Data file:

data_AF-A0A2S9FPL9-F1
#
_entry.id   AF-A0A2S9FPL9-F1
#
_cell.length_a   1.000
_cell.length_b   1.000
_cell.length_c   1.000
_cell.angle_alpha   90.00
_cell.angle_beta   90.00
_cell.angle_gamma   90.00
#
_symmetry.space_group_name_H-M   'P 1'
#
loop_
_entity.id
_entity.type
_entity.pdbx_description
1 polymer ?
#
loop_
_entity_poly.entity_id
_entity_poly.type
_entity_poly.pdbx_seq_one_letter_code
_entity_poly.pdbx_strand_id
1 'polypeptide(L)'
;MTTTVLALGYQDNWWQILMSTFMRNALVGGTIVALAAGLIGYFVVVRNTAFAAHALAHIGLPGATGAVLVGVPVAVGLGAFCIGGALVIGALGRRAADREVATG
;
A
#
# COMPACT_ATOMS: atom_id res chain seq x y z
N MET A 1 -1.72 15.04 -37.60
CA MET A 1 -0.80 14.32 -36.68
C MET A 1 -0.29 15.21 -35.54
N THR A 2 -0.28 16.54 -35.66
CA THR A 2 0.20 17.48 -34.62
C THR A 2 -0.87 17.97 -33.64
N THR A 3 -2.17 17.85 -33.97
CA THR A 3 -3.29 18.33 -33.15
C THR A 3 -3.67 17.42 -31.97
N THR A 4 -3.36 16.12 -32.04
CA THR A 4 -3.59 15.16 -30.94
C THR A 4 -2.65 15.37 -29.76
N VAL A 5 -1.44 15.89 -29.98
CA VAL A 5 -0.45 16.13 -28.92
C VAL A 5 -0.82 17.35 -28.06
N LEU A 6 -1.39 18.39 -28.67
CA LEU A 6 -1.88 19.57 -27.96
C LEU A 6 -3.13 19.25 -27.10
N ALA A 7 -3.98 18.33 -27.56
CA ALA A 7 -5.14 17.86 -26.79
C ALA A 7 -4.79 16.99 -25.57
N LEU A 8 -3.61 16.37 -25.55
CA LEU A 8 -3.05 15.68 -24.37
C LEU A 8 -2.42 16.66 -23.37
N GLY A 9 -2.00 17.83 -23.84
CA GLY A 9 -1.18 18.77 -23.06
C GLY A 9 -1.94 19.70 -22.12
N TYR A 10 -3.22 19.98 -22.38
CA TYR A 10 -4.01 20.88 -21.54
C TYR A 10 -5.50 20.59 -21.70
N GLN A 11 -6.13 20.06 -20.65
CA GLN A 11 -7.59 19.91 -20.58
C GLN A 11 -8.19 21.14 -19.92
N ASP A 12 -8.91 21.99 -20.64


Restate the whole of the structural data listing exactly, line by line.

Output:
data_AF-A0A2S9FPL9-F1
#
_entry.id   AF-A0A2S9FPL9-F1
#
_cell.length_a   1.000
_cell.length_b   1.000
_cell.length_c   1.000
_cell.angle_alpha   90.00
_cell.angle_beta   90.00
_cell.angle_gamma   90.00
#
_symmetry.space_group_name_H-M   'P 1'
#
loop_
_entity.id
_entity.type
_entity.pdbx_description
1 polymer ?
#
loop_
_entity_poly.entity_id
_entity_poly.type
_entity_poly.pdbx_seq_one_letter_code
_entity_poly.pdbx_strand_id
1 'polypeptide(L)'
;MTTTVLALGYQDNWWQILMSTFMRNALVGGTIVALAAGLIGYFVVVRNTAFAAHALAHIGLPGATGAVLVGVPVAVGLGAFCIGGALVIGALGRRAADREVATG
;
A
#
# COMPACT_ATOMS: atom_id res chain seq x y z
N MET A 1 -1.72 15.04 -37.60
CA MET A 1 -0.80 14.32 -36.68
C MET A 1 -0.29 15.21 -35.54
N THR A 2 -0.28 16.54 -35.66
CA THR A 2 0.20 17.48 -34.62
C THR A 2 -0.87 17.97 -33.64
N THR A 3 -2.17 17.85 -33.97
CA THR A 3 -3.29 18.33 -33.15
C THR A 3 -3.67 17.42 -31.97
N THR A 4 -3.36 16.12 -32.04
CA THR A 4 -3.59 15.16 -30.94
C THR A 4 -2.65 15.37 -29.76
N VAL A 5 -1.44 15.89 -29.98
CA VAL A 5 -0.45 16.13 -28.92
C VAL A 5 -0.82 17.35 -28.06
N LEU A 6 -1.39 18.39 -28.67
CA LEU A 6 -1.88 19.57 -27.96
C LEU A 6 -3.13 19.25 -27.10
N ALA A 7 -3.98 18.33 -27.56
CA ALA A 7 -5.14 17.86 -26.79
C ALA A 7 -4.79 16.99 -25.57
N LEU A 8 -3.61 16.37 -25.55
CA LEU A 8 -3.05 15.68 -24.37
C LEU A 8 -2.42 16.66 -23.37
N GLY A 9 -2.00 17.83 -23.84
CA GLY A 9 -1.18 18.77 -23.06
C GLY A 9 -1.94 19.70 -22.12
N TYR A 10 -3.22 19.98 -22.38
CA TYR A 10 -4.01 20.88 -21.54
C TYR A 10 -5.50 20.59 -21.70
N GLN A 11 -6.13 20.06 -20.65
CA GLN A 11 -7.59 19.91 -20.58
C GLN A 11 -8.19 21.14 -19.92
N ASP A 12 -8.91 21.99 -20.64